Newswise — What do Super Bowls and elections have in common? They both have fans.

According to research co-authored by Megan Duncan, assistant professor in the College of Liberal Arts and Human Sciences, “fans of sports teams and supporters of a political parties perceive news much in the same way.”

The study published in Newspaper Research Journal found fans viewed stories accusing their team of wrongdoing as biased, even if they perceived the source as credible. Authors of the paper included Michael Mirer of University of Wisconsin-Milwaukee and Michael Wagner of University of Wisconsin-Madison, and Duncan of Virginia Tech.

The study was inspired in part by the “Deflategate” scandal which resulted in a 4-game suspension of Tom Brady that was later rescinded by a judge. This story led researchers to design a study examining how news source credibility is viewed and the varying degrees of bias hidden in how information is presented.

So they they showed a couple of news stories to fans (and rivals) of the Minnesota Vikings and Green Bay Packers on three different websites: USA Today, and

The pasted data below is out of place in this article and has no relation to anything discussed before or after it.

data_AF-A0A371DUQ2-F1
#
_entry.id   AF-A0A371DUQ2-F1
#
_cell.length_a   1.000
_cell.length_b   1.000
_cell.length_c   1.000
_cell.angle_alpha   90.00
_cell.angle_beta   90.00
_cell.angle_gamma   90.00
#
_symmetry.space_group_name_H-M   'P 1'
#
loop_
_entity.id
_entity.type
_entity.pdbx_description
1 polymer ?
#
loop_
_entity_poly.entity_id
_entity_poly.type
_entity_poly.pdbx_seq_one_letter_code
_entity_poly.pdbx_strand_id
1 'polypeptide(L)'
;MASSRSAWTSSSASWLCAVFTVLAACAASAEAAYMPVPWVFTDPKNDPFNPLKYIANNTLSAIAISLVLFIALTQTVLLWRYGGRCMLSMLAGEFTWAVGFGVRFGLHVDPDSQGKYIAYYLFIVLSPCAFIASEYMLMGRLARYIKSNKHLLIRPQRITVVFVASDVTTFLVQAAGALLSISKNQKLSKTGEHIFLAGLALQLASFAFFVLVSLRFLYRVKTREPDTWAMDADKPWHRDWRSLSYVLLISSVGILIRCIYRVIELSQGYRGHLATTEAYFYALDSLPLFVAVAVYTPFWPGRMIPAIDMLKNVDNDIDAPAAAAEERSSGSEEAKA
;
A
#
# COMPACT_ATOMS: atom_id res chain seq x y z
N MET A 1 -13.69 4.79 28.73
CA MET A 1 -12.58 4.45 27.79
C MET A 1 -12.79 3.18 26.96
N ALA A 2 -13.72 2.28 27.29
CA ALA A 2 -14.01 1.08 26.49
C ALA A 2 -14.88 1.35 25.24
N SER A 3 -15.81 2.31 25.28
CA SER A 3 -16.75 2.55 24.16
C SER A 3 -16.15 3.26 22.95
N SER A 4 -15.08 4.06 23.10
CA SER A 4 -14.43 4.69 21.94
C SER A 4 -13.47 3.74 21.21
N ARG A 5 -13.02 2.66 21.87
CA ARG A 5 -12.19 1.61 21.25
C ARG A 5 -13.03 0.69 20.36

The basis for the story: one team accuses the other of violating the NFL’s anti-tampering policy, or trying to steal the other team’s player under contract. A violation of this policy is punishable by eliminating draft picks or issuing hefty fines.

Results showed fans of a team rated stories as more biased when their team is accused of wrongdoing, than when it is doing the accusing, especially when the story was on the rival teams website. But Duncan believes there there is more to this finding than just die hard loyal fandom.

“Sports fandom operates much in the same way as political partisanships,” said Duncan. “When we looked at reactions to stories on and they operated much in the same way you would expect reactions from far left or far right news organizations. People saw more bias when when their team was under attack. Democrats and Republicans operate much in the same way.”

The study also found independent media sources, like USA Today, were rated as significantly more credible than anything shown on or, suggesting that fans could still recognize the value of independent journalism over cheerleader journalism.

“Social identity theory also helps explain what is happening here.” said Duncan. “The theory says that individuals filter new information through the lens of group affiliation, relying on it as a mental shortcut to help make decisions. Once it becomes part of their identity, it is a powerful motivator. Partisans, too, use their group identification to make judgments when faced with controversies.”

About Duncan

Megan Duncan is and assistant professor in the Department of Communication in the College of Liberal Arts and Human Sciences at Virginia Tech. Her research focuses on news credibility, political and digital news, audience engagement, and data journalism.

Her expertise has been featured in Poynter and Morning Consult.

To schedule an interview or get a copy of the paper

Contact Ceci Leonard, [email protected], 540-357-2500

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